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Title: A screening approach for identifying environmental justice issues in environmental impact statements

Abstract

Executive Order 12898 and the accompanying memorandum addressed to Federal agency heads, both issued on February 11, 1994, require NEPA processes to incorporate environmental justice. The NEPA processes affected are: (1) public involvement formats, (2) analyses of potential impacts. The Executive Order clearly indicates that research strategies and mitigation measure should be developed with the input of the populations mentioned in the Executive Order, i.e., minority and low-income populations. However, an enhanced public involvement process may not occur because the NEPA activity may have been underway before the Executive Order was issued or because the agency chooses not to change traditional public participation mechanisms. It is also possible that enhanced mechanisms may not effectively elicit involvement. In either case, analysis that considers environmental justice must proceed. These analyses could be highly data-intensive--requiring new or modified methodological approaches-- and time-intensive, particularly if the process elements of the executive order are interpreted broadly, Federal agencies and NEPA project managers already have expressed concern about the potential cost of conducting exhaustive environmental justice related analyses where they may not be warranted. Also, the time and resources required to conduct a full environmental justice analysis is counter to recent trends to streamline the NEPAmore » process. In light of this, a process to screen for indicators of the potential for environmental justice issues has been developed. The method incorporates separate screens for human health impacts, socioeconomic impacts, and social structural impacts. Positive results of any screen indicates the need for full-scale, environmental-justice-related analysis of that category of impact. The screen is intended as a useful tool in implementing environmental justice in environmental impact statements.« less

Authors:
 [1]
  1. Univ. of Tennessee, Knoxville, TN (United States)
Publication Date:
Research Org.:
National Association of Environmental Professionals, Washington, DC (United States)
OSTI Identifier:
125940
Report Number(s):
CONF-9506115-
TRN: 95:006735-0034
Resource Type:
Technical Report
Resource Relation:
Conference: 20. National Association of Environmental Professionals annual conference and exposition: environmental challenges - the next twenty years, Washington, DC (United States), 10-13 Jun 1995; Other Information: PBD: 1995; Related Information: Is Part Of Environmental challenges: The next 20 years. Proceedings; PB: 932 p.
Country of Publication:
United States
Language:
English
Subject:
29 ENERGY PLANNING AND POLICY; ENVIRONMENTAL IMPACT STATEMENTS; SOCIO-ECONOMIC FACTORS; EVALUATION; REMEDIAL ACTION; US NATIONAL ENVIRONMENTAL POLICY ACT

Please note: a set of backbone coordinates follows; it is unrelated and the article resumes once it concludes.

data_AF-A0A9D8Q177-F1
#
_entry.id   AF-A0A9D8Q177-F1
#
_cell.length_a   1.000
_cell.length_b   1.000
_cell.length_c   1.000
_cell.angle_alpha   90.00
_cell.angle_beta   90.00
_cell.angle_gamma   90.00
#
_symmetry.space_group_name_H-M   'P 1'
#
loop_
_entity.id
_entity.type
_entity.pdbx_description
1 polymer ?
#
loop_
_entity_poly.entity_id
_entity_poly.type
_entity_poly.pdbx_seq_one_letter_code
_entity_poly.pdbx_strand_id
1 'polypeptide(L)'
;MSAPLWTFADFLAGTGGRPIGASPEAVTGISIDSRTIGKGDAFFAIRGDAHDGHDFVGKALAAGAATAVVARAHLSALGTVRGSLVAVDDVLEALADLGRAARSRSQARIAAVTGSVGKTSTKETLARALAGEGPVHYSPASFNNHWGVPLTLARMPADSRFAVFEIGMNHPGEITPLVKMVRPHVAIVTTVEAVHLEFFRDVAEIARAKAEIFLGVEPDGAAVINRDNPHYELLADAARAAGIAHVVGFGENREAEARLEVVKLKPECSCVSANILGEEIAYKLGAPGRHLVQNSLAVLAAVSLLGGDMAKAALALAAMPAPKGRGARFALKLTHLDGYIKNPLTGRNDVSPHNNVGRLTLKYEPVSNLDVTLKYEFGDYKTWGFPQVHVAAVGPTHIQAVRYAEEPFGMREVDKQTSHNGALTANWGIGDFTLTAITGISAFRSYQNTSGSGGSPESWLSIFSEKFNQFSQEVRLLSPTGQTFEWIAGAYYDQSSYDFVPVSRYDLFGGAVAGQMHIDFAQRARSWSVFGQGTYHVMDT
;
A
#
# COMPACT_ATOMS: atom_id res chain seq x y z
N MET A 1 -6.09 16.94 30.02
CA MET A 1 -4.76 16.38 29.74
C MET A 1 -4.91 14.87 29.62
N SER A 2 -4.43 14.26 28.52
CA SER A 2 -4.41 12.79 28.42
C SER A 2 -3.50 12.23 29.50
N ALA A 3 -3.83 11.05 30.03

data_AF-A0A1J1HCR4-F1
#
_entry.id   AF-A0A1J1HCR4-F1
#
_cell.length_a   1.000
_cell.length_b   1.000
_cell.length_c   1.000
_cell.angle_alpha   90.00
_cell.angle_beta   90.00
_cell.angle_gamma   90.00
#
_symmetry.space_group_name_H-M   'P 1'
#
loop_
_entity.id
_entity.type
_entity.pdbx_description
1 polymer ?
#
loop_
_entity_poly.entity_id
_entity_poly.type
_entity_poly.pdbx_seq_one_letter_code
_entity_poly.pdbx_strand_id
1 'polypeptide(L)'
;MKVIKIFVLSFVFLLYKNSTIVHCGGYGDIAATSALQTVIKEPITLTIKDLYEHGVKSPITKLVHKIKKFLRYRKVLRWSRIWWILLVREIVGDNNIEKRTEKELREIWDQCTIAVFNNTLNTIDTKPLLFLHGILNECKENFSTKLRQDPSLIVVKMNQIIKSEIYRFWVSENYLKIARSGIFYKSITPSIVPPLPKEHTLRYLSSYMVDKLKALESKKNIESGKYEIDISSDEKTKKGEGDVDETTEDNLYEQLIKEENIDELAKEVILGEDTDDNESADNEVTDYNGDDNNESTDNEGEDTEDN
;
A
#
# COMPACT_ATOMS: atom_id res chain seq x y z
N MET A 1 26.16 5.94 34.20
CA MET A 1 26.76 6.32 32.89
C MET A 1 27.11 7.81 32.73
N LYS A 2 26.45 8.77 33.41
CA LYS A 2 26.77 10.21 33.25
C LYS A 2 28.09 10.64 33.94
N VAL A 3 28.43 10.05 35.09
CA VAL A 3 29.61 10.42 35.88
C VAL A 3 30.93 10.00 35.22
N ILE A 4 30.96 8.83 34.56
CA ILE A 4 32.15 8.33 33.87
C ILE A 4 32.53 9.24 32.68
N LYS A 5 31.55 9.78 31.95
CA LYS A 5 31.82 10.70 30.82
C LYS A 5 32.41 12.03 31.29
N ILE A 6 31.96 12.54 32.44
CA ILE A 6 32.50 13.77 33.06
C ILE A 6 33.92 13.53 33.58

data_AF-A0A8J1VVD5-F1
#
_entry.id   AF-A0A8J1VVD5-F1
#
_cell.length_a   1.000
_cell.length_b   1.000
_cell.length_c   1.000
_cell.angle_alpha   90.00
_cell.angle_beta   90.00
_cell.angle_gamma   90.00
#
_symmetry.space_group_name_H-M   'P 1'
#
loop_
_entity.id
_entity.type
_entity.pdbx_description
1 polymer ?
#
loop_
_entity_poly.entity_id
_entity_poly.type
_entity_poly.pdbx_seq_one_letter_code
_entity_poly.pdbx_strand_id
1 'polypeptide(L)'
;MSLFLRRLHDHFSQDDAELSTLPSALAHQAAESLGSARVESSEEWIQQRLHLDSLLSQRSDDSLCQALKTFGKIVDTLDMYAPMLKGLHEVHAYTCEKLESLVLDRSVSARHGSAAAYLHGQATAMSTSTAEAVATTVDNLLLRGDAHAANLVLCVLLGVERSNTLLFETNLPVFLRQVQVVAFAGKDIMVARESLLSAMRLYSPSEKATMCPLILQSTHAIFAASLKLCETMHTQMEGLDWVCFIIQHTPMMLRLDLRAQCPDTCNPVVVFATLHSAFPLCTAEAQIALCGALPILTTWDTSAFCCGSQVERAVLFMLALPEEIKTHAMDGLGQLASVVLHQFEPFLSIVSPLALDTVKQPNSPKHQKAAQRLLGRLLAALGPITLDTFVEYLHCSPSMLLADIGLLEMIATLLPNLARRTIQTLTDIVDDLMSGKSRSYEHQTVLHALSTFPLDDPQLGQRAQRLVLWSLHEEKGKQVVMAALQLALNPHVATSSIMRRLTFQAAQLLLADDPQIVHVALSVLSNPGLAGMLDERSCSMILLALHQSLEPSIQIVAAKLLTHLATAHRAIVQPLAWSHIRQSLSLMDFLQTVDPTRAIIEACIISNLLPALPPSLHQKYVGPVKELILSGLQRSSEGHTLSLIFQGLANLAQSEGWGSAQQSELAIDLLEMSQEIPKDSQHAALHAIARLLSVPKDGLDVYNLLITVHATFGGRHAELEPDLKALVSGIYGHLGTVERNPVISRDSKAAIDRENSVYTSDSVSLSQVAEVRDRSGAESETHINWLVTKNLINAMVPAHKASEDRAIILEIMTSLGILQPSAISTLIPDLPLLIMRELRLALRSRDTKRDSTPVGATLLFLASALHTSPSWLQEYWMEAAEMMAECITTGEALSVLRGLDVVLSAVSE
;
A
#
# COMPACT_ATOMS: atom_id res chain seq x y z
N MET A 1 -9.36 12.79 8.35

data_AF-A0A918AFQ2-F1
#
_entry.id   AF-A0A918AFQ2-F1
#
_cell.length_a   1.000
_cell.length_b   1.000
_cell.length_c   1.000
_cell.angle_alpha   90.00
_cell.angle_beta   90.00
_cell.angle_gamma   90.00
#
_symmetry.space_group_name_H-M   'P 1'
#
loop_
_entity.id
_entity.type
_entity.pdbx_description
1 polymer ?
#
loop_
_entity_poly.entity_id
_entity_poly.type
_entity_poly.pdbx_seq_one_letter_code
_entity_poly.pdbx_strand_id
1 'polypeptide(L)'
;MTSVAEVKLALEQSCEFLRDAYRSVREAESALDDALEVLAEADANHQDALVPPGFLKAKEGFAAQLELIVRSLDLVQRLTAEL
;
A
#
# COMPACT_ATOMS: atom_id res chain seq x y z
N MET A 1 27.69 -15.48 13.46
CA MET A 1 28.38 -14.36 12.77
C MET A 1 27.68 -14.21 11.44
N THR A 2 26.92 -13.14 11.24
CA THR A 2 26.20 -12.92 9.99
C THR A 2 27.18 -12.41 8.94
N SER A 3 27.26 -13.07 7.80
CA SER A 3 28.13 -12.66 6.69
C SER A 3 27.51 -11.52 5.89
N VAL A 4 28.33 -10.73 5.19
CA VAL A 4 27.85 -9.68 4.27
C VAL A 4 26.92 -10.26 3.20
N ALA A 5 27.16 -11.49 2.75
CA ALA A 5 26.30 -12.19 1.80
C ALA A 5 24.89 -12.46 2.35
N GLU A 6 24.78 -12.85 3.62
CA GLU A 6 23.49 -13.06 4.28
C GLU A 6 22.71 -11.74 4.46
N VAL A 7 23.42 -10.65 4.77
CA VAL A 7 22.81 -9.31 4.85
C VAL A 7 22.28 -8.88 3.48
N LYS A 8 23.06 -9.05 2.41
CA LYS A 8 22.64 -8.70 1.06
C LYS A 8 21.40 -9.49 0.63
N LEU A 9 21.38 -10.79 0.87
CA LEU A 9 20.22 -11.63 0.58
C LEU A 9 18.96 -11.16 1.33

Citation Formats

Schexnayder, S.S. A screening approach for identifying environmental justice issues in environmental impact statements. United States: N. p., 1995. Web.
Schexnayder, S.S. A screening approach for identifying environmental justice issues in environmental impact statements. United States.
Schexnayder, S.S. Fri . "A screening approach for identifying environmental justice issues in environmental impact statements". United States. doi:.
@article{osti_125940,
title = {A screening approach for identifying environmental justice issues in environmental impact statements},
author = {Schexnayder, S.S.},
abstractNote = {Executive Order 12898 and the accompanying memorandum addressed to Federal agency heads, both issued on February 11, 1994, require NEPA processes to incorporate environmental justice. The NEPA processes affected are: (1) public involvement formats, (2) analyses of potential impacts. The Executive Order clearly indicates that research strategies and mitigation measure should be developed with the input of the populations mentioned in the Executive Order, i.e., minority and low-income populations. However, an enhanced public involvement process may not occur because the NEPA activity may have been underway before the Executive Order was issued or because the agency chooses not to change traditional public participation mechanisms. It is also possible that enhanced mechanisms may not effectively elicit involvement. In either case, analysis that considers environmental justice must proceed. These analyses could be highly data-intensive--requiring new or modified methodological approaches-- and time-intensive, particularly if the process elements of the executive order are interpreted broadly, Federal agencies and NEPA project managers already have expressed concern about the potential cost of conducting exhaustive environmental justice related analyses where they may not be warranted. Also, the time and resources required to conduct a full environmental justice analysis is counter to recent trends to streamline the NEPA process. In light of this, a process to screen for indicators of the potential for environmental justice issues has been developed. The method incorporates separate screens for human health impacts, socioeconomic impacts, and social structural impacts. Positive results of any screen indicates the need for full-scale, environmental-justice-related analysis of that category of impact. The screen is intended as a useful tool in implementing environmental justice in environmental impact statements.},
doi = {},